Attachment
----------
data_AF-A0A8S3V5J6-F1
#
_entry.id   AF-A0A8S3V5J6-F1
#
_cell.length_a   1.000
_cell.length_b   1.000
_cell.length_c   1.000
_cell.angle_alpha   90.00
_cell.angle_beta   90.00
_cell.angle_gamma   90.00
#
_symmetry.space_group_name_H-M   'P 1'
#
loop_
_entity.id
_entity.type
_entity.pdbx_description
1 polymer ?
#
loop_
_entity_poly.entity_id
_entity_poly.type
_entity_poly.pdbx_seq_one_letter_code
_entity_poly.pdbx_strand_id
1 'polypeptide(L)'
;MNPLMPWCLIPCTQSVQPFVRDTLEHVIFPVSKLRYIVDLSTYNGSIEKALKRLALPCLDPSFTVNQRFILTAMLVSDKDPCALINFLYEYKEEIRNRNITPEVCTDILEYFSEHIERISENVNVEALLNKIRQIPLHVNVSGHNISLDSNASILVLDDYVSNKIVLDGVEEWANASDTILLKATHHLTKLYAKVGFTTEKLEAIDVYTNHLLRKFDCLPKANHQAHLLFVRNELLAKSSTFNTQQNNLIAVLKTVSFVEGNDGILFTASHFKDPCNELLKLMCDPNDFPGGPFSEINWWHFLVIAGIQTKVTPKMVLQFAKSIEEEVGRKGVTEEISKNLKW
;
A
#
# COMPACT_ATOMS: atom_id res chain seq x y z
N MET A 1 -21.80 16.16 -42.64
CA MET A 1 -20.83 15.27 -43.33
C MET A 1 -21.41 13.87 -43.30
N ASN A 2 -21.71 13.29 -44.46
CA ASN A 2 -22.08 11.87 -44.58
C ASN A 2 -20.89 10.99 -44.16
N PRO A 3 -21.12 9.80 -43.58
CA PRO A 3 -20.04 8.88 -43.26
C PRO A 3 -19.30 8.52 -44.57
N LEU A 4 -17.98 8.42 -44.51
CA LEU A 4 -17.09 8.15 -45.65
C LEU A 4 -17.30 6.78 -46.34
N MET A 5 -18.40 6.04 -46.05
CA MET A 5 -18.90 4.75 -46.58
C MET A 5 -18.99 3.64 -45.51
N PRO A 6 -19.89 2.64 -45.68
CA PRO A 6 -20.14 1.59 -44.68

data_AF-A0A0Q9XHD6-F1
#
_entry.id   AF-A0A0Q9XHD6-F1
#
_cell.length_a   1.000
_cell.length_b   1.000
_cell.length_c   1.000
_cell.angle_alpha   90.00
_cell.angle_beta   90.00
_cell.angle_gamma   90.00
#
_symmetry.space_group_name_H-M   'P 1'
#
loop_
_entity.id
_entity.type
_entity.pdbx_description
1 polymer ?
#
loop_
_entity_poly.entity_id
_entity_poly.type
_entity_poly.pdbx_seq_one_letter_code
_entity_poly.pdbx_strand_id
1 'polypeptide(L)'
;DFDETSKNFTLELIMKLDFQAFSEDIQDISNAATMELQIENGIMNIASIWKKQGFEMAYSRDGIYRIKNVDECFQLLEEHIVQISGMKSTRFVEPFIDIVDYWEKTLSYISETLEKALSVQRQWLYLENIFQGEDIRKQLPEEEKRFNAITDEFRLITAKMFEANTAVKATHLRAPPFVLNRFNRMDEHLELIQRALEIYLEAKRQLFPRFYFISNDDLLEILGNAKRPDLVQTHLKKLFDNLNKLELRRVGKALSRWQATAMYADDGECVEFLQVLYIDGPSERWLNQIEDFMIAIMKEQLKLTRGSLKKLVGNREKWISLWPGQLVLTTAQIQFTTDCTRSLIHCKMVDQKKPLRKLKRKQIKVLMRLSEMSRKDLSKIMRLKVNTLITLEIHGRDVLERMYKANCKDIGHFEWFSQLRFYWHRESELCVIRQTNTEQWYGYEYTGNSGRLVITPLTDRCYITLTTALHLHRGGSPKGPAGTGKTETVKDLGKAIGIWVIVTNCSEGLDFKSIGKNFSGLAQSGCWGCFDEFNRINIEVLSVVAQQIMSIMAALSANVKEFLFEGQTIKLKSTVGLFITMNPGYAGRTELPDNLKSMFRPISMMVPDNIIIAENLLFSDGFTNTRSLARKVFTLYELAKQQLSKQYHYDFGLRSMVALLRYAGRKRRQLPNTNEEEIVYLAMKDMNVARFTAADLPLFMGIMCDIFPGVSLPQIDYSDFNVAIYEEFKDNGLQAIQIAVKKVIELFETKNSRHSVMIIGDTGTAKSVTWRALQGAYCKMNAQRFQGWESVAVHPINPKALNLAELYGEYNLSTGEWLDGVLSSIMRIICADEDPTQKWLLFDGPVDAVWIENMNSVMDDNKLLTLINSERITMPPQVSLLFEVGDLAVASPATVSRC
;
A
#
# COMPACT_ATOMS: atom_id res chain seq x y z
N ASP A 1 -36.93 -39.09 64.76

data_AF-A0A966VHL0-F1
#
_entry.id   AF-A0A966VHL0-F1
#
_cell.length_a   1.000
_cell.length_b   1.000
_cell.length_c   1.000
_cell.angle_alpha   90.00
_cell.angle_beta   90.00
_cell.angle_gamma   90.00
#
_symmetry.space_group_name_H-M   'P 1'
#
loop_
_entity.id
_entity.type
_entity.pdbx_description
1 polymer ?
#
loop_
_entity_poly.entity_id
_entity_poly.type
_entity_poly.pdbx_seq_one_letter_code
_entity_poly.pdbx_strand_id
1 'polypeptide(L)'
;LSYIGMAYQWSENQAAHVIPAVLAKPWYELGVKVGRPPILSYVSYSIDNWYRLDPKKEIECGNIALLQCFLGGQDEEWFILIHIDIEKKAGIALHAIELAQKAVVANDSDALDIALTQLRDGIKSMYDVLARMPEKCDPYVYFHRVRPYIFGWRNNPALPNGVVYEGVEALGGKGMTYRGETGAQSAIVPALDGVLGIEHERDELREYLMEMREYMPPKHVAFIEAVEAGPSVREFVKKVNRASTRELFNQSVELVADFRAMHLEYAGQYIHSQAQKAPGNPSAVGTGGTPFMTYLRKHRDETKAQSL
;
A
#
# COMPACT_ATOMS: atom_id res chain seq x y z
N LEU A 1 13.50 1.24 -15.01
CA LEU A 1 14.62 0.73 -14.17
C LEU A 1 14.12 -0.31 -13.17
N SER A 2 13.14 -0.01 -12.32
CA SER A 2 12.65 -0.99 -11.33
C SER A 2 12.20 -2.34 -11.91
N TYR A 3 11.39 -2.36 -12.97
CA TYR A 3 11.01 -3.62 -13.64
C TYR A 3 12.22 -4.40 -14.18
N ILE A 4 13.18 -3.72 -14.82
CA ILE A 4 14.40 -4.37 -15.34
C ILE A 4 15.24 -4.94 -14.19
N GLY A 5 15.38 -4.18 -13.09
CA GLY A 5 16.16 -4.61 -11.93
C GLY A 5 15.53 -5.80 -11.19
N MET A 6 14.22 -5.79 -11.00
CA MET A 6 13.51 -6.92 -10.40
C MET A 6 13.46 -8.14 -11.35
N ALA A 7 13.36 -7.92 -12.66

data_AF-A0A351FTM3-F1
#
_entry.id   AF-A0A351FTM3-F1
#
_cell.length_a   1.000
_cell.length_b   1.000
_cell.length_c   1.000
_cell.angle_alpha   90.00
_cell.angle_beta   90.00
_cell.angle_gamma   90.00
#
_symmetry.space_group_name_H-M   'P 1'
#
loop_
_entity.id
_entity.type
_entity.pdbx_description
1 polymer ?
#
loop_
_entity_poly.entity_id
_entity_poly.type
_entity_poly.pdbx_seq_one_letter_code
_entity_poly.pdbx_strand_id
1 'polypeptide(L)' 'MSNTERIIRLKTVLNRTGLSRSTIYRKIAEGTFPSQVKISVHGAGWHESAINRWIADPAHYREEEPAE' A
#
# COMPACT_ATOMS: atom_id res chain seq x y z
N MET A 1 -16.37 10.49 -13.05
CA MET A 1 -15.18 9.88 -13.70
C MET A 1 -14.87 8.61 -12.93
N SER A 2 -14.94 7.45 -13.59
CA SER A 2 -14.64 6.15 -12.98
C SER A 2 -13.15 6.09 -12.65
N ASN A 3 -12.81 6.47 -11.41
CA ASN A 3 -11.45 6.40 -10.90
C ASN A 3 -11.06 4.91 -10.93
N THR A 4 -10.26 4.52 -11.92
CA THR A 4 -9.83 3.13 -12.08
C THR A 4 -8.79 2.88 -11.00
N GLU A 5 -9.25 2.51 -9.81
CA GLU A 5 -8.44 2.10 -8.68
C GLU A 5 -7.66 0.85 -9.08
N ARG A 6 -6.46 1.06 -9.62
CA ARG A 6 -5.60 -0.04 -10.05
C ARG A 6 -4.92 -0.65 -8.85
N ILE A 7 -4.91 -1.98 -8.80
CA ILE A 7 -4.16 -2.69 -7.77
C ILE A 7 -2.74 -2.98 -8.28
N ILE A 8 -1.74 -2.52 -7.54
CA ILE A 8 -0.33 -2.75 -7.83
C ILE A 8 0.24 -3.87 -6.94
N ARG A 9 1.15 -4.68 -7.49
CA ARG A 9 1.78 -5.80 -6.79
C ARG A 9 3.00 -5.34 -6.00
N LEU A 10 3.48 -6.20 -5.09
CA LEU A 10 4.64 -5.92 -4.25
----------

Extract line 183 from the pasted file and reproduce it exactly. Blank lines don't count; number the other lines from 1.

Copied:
CA LEU A 10 4.64 -5.92 -4.25